As of middish October, the presidential and Senate-majority races remain too close to call, although there is wide consensus that the House should remain in GOP hands. If Obama wins and the Democrats retain the Senate, little will change with regard to LGBT issues—there will be supportive rhetoric, including advocacy for the repeal of the section of the Defense of Marriage Act (DOMA) barring the federal government from extending benefits to same-sex couples—and perhaps some additional federal agency-controlled policies will be made friendlier to same-sex couples.
What if Romney wins and the GOP takes the Senate? The White House will voice its opposition to the Supreme Court overturning any part of DOMA, and federal agencies might seek some retrenchment on their policies that were helpful to gay couples. But Romney has indicated he won’t overturn the repeal of the military’s “Don’t Ask, Don’t Tell” ban on openly gay servicememebers. And so the fight for gay legal equality will focus on federal and state courts, and state legislatures.
But there is reason to expect that the GOP will continue a slow evolution on gay issues, evidenced by the fact that opposition to same-sex marriage, while in the GOP party platform, has not been a rallying cry of the Romney campaign, as Politico noted in GOP steers clear of gay marriage issue.
And, as the Cato Institute’s David Boaz points out, there is increasing evidence that opposition to marriage equality isn’t going to be a winning issue for Republicans going forward. Recent polls shows that majorities of voters in red/blue swing states now say they back gay marriage, of which Boaz comments, “No wonder Romney isn’t talking about it.”
Like the Canadian and British conservative parties, eventually the GOP will recognize it can distinguish itself ideologically as the party that’s more fiscally conservative and pro-free-enterprise / economic growth, while maintaining opposition to the Democratic party’s support for taxpayer-funded abortion on demand up to delivery and the forcing of religiously affiliated employers to provide free contraceptives and abortifacient drugs to their female employees (i.e., the Democrats’ “war on women” big lie), while supporting marriage for all couples on traditionally conservative grounds (as the leadership of the British Conservative party is doing), or, initially at least, pull back and not take a strong position (as the Canadian Conservative party appears to be doing).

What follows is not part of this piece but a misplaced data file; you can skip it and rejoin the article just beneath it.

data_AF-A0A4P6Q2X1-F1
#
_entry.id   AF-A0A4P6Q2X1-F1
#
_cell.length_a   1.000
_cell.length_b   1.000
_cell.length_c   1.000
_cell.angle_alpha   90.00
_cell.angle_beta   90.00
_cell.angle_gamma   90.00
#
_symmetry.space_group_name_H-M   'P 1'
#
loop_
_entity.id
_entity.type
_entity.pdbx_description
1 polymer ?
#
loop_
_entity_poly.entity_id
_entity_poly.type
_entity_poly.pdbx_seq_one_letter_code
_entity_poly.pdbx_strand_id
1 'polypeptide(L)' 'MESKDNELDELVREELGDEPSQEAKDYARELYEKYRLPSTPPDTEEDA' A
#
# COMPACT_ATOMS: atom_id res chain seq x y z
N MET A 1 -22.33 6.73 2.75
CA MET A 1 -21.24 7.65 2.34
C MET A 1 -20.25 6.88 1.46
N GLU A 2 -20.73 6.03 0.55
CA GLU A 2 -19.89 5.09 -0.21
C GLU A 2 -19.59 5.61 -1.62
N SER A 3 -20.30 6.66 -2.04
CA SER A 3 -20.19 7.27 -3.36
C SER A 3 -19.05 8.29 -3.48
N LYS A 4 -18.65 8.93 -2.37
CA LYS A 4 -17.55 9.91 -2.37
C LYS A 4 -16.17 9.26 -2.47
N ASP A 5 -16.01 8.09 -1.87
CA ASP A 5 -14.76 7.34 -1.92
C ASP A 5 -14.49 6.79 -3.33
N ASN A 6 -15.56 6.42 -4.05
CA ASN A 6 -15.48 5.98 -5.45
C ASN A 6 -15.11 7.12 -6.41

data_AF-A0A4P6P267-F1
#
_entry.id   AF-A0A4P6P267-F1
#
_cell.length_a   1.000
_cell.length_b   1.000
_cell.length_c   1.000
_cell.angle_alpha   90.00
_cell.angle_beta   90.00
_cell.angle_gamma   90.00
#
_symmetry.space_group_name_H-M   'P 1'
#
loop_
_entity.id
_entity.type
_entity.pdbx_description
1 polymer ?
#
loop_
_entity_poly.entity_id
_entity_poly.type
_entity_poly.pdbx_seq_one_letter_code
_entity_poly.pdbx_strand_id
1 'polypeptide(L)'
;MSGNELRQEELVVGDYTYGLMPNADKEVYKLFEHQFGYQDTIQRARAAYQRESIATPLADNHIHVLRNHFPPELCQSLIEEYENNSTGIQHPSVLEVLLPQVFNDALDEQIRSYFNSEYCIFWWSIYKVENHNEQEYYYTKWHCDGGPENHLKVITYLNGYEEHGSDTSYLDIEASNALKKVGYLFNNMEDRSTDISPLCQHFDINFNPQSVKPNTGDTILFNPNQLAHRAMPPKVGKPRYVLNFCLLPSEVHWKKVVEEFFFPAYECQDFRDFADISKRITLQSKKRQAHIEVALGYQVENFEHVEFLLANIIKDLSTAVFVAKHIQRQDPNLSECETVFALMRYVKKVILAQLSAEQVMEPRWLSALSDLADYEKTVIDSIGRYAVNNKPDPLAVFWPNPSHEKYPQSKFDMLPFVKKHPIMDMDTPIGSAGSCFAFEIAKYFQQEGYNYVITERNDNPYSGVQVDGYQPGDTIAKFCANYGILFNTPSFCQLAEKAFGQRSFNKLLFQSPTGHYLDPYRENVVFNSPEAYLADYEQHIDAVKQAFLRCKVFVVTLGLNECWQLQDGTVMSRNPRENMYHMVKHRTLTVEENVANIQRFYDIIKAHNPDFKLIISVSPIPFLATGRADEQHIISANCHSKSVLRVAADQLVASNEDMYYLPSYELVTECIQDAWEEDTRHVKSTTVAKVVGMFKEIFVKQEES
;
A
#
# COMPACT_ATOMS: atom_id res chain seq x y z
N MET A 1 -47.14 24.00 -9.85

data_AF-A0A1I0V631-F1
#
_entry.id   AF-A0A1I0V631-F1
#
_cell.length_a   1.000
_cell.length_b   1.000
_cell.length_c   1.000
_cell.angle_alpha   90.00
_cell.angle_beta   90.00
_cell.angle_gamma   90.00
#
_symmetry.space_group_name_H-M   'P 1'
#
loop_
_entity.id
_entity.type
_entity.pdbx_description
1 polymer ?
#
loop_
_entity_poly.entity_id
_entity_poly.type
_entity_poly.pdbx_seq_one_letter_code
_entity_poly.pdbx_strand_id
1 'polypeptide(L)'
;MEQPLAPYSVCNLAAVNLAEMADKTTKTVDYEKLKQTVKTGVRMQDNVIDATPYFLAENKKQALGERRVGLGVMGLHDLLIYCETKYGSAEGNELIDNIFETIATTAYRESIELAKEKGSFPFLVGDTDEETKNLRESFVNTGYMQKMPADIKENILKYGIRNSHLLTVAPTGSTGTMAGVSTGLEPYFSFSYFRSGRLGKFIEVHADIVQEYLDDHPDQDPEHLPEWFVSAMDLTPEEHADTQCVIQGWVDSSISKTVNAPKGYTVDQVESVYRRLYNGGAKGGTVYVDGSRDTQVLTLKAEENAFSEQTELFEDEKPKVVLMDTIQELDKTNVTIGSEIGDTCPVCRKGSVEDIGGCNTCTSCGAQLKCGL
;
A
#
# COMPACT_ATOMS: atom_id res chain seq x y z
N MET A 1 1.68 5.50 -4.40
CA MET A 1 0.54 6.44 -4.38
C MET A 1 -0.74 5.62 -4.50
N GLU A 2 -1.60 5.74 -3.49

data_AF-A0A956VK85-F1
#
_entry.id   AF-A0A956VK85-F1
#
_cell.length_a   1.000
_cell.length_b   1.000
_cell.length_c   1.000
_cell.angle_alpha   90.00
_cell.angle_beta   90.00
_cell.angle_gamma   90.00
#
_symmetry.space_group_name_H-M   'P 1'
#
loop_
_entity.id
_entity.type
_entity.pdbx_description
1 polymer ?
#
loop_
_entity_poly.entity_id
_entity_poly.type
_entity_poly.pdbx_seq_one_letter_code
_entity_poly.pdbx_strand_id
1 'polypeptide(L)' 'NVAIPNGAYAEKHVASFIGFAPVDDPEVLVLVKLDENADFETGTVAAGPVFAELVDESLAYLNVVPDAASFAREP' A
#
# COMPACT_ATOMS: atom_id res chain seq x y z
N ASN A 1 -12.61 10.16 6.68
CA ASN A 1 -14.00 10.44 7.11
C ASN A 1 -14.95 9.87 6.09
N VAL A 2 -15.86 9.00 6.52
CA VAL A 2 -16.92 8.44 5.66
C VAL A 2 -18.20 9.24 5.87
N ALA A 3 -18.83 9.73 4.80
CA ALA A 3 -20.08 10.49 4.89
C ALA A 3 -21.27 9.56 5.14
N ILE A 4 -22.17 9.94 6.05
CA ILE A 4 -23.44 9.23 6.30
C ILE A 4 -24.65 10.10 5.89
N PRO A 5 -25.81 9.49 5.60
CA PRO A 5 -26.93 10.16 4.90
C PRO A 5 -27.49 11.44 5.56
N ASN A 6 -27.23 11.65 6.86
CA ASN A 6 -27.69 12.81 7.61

Of course, national and local LGBT lobbies refusing to endorse, or actively working to defeat, GOP candidates who would take the party in this direction isn’t helping (but then, it isn’t meant to).
More. Examples of the above: GOP House candidates Richard Tisei in Massachusetts and Nan Hayworth in New York, and Senate candidates Scott Brown in Massachusetts (who is being vigorously opposed by the once-nonpartisan Human Rights Campaign) and Linda McMahon in Connecticut.
Furthermore. Yes, I should also have mentioned Romney’s support for the anti-gay Federal Marriage Amendment—the position most likely to keep many gay Republicans from backing him. It’s indefensible, and a pullback from John McCain, even if he’s unlikely to push it (for reasons indicated above, plus his silence about it since securing the nomination). Moreover, even if the GOP takes control of the Senate, it would be far from having the necessary two-thirds majority to send such an amendment to the states. I’m not defending Romney, but these are facts as well.
Debate Update. Gay issues remain absent from the presidential debates, but the Washington Blade takes note that:
Mitt Romney brought up his belief in marriage as a means to reduce the culture of violence in response to a question about banning assault weapons, saying “we need moms and dads helping raise kids” and espousing “the benefit of having two parents in the home.” …
Romney never explicitly said he was excluding opposite-sex couples when touting the importance of a “two-parent family” as the correct way to raise children, but didn’t take the opportunity to say that marriage should be between one man, one woman.
More still. Paul Ryan says that reinstating Don’t Ask, Don’t Tell would be “a step in the wrong direction” and that “this issue is past us.”
Comments blogger and attorney Doug Mataconis, “Now that we’ve lived with repeal for a year, and it’s clear that, as predicted, there are no adverse consequences to letting gays and lesbians serve openly…the GOP wants to put this issue behind them and move on. Eventually, I predict, they’ll be doing the same thing with regard to same-sex marriage.”
It’s worth recalling that Sen. Susan Collins (R-Maine) is the unsung heroine of DADT repeal, exposing and confronting Majority Leader Harry Reid (D-Nev.) as he was quietly sabotaging the repeal effort.